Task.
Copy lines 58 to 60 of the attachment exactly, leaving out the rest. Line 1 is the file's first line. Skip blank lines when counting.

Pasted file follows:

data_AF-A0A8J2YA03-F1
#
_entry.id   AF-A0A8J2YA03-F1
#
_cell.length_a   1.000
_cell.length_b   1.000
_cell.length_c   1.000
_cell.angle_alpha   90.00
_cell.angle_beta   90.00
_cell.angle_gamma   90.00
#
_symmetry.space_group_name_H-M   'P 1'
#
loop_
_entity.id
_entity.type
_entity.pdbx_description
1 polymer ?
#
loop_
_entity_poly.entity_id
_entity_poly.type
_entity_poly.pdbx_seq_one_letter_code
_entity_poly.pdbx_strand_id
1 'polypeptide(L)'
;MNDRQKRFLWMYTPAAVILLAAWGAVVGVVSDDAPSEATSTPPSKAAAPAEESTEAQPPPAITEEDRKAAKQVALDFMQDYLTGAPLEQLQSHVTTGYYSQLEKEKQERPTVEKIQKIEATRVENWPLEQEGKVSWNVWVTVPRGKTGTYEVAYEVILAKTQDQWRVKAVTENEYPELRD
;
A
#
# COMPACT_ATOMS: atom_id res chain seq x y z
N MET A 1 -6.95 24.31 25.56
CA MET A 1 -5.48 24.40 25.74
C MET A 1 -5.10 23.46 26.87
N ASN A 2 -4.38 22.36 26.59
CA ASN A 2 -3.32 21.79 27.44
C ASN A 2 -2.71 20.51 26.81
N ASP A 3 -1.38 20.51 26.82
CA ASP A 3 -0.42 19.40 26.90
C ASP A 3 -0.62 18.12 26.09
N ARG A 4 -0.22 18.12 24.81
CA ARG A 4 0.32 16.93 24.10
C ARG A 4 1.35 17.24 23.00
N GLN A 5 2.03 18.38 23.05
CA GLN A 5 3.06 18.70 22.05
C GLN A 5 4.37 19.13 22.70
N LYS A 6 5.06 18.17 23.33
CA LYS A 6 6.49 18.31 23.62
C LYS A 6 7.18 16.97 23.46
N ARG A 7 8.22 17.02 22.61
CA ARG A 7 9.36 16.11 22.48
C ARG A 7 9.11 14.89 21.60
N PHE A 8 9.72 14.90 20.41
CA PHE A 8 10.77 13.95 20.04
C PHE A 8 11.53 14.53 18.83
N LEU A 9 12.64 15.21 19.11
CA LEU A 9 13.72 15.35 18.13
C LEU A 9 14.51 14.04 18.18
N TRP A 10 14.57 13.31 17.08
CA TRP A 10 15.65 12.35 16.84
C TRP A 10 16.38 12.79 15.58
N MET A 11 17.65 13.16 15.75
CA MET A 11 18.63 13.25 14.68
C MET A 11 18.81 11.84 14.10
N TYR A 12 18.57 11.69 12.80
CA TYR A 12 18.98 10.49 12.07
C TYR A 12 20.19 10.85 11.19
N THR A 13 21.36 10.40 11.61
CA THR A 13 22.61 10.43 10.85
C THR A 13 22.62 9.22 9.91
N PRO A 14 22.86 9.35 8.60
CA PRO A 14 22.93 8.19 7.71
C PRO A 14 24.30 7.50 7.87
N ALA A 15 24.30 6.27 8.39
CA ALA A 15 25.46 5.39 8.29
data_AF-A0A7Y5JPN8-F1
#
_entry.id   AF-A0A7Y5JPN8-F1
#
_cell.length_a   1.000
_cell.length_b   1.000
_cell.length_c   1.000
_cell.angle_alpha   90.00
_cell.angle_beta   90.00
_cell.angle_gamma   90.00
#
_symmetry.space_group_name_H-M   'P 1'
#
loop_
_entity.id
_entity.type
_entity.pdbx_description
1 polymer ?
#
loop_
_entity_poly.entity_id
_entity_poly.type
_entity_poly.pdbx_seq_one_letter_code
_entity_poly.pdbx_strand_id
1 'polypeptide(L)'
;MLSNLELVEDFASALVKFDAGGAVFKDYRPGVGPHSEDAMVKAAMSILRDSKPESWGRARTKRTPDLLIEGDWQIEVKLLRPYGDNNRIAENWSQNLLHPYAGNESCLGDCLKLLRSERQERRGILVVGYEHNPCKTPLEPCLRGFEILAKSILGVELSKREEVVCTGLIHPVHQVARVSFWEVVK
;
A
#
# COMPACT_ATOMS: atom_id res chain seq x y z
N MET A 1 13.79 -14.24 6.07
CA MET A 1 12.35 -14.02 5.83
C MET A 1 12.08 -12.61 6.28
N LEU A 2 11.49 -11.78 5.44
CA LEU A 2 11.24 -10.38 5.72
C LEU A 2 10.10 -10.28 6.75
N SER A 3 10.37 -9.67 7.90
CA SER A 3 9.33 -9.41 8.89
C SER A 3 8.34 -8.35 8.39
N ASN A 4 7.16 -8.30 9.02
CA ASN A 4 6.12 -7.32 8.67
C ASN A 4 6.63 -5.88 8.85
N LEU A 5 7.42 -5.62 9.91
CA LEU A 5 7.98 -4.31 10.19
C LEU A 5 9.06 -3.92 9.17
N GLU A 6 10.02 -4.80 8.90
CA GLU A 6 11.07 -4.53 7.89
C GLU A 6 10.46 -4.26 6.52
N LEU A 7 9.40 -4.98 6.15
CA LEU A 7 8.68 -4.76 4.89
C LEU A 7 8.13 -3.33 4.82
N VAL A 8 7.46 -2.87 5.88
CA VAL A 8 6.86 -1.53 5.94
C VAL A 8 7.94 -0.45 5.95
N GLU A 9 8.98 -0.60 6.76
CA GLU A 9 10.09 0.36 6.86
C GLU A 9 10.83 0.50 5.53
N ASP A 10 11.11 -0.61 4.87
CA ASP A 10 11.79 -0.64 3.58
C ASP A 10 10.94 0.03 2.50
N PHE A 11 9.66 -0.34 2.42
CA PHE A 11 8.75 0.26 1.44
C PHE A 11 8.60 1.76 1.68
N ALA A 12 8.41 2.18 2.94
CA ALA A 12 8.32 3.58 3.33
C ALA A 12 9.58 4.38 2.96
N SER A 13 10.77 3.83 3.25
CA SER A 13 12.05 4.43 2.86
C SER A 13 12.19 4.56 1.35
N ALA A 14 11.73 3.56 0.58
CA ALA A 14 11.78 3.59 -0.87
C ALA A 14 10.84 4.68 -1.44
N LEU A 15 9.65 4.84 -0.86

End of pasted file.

N TRP A 10 14.57 13.31 17.08
CA TRP A 10 15.65 12.35 16.84
C TRP A 10 16.38 12.79 15.58